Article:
“SHOULD WE AUTOMATE away all the jobs, including the fulfilling ones? Should we develop non-human minds that might eventually outnumber, outsmart...and replace us? Should we risk loss of control of our civilisation?” These questions were asked last month in an open letter from the Future of Life Institute, an NGO. It called for a six-month “pause” in the creation of the most advanced forms of artificial intelligence(AI), and was signed by tech luminaries including Elon Musk. It is the most prominent example yet of how rapid progress in AI has sparked anxiety about the potential dangers of the technology.
In particular, new “large language models” (LLMs)—the sort that powers ChatGPT, a chatbot made by OpenAI, a startup—have surprised even their creators with their unexpected talents as they have been scaled up. Such “emergent” abilities include everything from solving logic puzzles and writing computer code to identifying films from plot summaries written in emoji.
These models stand to transform humans’ relationship with computers, knowledge and even with themselves. Proponents of AI argue for its potential to solve big problems by developing new drugs, designing new materials to help fight climate change, or untangling the complexities of fusion power. To others, the fact that AIs’ capabilities are already outrunning their creators’ understanding risks bringing to life the science-fiction disaster scenario of the machine that outsmarts its inventor, often with fatal consequences.
This bubbling mixture of excitement and fear makes it hard to weigh the opportunities and risks. But lessons can be learned from other industries, and from past technological shifts. So what has changed to make AI so much more capable? How scared should you be? And what should governments do?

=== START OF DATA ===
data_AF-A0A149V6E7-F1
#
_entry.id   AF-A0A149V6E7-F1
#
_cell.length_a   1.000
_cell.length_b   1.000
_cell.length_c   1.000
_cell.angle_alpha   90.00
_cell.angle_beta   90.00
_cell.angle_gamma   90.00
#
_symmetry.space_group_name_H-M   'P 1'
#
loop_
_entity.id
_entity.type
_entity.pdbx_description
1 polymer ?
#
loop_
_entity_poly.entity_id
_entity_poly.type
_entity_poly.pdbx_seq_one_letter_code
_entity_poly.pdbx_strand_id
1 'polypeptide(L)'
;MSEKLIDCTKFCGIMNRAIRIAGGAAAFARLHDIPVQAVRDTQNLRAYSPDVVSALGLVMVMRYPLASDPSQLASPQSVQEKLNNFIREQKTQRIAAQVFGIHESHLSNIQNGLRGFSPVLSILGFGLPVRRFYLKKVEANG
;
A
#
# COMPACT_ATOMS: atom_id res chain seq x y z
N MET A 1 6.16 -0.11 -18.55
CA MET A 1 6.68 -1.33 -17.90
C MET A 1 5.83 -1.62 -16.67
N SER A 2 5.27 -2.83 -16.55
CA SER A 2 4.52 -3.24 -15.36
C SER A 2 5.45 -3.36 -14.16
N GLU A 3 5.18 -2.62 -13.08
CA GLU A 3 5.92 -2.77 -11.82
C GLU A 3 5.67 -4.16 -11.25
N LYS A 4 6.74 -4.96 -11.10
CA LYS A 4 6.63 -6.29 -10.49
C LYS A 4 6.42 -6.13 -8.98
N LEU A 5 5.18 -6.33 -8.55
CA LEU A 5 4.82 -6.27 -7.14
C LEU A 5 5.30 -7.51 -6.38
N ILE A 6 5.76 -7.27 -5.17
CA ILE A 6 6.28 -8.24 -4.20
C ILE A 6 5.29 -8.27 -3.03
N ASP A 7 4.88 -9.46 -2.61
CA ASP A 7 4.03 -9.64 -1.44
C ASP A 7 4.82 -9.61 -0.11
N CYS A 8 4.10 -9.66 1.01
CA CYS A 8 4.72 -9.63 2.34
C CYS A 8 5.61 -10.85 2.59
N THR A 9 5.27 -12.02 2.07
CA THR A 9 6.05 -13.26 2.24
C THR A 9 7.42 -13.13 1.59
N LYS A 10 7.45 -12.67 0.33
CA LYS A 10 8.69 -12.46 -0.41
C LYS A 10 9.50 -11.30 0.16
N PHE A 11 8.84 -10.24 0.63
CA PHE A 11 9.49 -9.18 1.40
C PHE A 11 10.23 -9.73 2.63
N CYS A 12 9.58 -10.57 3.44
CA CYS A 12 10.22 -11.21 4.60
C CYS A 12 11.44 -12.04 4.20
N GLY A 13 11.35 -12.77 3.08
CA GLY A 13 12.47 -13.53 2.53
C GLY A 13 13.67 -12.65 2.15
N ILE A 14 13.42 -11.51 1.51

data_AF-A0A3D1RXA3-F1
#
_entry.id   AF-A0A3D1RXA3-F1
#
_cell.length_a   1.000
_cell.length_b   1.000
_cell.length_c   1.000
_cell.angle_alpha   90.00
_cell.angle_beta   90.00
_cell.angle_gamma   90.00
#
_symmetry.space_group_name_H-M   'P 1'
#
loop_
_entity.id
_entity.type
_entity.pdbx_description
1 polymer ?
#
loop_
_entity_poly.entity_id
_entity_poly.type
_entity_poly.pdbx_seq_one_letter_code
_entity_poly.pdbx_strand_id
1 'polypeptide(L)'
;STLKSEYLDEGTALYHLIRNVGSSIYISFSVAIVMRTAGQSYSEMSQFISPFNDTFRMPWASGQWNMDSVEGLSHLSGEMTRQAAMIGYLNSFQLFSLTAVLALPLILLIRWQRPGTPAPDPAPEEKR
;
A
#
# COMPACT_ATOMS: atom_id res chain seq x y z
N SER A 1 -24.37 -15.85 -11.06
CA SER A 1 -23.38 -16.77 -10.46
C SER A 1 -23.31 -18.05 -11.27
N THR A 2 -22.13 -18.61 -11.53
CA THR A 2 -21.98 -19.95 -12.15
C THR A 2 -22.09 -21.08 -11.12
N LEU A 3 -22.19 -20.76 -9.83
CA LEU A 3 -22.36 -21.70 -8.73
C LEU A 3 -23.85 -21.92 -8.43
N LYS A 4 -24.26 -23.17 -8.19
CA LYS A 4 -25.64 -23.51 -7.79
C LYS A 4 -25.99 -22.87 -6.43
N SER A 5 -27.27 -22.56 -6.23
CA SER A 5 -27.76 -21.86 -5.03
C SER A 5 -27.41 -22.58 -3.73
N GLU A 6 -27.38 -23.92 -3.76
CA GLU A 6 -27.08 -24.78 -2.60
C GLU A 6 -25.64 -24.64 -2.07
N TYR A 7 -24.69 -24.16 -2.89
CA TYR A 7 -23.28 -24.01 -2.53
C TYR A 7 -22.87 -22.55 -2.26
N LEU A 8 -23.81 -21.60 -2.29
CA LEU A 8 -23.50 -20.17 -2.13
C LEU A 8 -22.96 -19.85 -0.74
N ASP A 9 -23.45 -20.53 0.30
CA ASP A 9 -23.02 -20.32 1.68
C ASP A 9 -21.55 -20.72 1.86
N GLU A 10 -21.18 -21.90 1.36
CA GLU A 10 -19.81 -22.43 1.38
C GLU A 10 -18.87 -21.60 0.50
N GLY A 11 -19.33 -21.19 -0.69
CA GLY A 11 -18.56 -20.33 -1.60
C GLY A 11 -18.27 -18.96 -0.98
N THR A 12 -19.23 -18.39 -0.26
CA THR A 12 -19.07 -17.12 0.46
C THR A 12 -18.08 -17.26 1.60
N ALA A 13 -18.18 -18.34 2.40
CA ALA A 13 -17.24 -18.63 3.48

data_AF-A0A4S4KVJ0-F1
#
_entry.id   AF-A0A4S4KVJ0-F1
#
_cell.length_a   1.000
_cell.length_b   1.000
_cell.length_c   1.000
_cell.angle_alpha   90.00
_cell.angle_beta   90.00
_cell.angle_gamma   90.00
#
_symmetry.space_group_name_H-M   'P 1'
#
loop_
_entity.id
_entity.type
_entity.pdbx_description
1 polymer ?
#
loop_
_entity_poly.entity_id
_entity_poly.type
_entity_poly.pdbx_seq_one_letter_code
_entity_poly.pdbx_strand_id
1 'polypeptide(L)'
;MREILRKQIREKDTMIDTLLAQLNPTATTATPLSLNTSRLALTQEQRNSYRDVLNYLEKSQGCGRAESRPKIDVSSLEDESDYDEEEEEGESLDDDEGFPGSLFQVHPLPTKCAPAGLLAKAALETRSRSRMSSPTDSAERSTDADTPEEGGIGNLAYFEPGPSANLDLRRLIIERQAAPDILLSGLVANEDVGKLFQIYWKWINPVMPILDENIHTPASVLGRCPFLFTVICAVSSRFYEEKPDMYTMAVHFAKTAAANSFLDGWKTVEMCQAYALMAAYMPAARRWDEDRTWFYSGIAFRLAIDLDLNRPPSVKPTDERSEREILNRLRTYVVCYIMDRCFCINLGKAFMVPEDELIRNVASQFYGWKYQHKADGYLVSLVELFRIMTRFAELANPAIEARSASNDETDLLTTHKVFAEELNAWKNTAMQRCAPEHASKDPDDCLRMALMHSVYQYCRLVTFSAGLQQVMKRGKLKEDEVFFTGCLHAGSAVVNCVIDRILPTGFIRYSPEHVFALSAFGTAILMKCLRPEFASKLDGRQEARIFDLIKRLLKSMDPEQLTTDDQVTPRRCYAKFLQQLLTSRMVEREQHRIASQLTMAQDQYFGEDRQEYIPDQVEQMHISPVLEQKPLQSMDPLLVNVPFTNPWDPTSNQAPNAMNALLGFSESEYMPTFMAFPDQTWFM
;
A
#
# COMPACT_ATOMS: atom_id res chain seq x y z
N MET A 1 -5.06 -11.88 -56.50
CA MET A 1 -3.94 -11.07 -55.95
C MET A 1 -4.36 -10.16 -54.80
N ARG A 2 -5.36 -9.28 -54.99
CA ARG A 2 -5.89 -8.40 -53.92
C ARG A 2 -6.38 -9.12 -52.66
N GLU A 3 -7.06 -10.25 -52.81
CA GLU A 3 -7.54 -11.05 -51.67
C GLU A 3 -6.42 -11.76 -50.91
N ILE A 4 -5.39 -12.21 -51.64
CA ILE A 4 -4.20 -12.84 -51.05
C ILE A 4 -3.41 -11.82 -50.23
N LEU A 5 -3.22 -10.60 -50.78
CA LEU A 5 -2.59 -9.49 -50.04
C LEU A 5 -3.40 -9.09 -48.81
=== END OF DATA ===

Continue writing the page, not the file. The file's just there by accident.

In a special Science section, we explore the workings of LLMs and their future direction. The first wave of modern AI systems, which emerged a decade ago, relied on carefully labelled training data. Once exposed to a sufficient number of labelled examples, they could learn to do things like recognise images or transcribe speech. Today’s systems do not require pre-labelling, and as a result can be trained using much larger data sets taken from online sources. LLMs can, in effect, be trained on the entire internet—which explains their capabilities, good and bad.
节选自《经济学人》：How to worry wisely about AI
1. fulfilling 表示让人感觉有意义的；令人满足的
例：a fulfilling experience 有成就感的经历
2. luminary 泰斗；权威
例：...the political opinions of such luminaries as Sartre or de Beauvoir.
3. start-up 新兴公司
例： Gold gave an example — an energy startup company called Scottish Bioenergy.
4. scale up 增大；增加；提高（规模或数量）
例：Since then, Wellcome has been scaling up production to prepare for clinical trials. 从那以后，威康公司一直在增加产量，为临床试验作准备。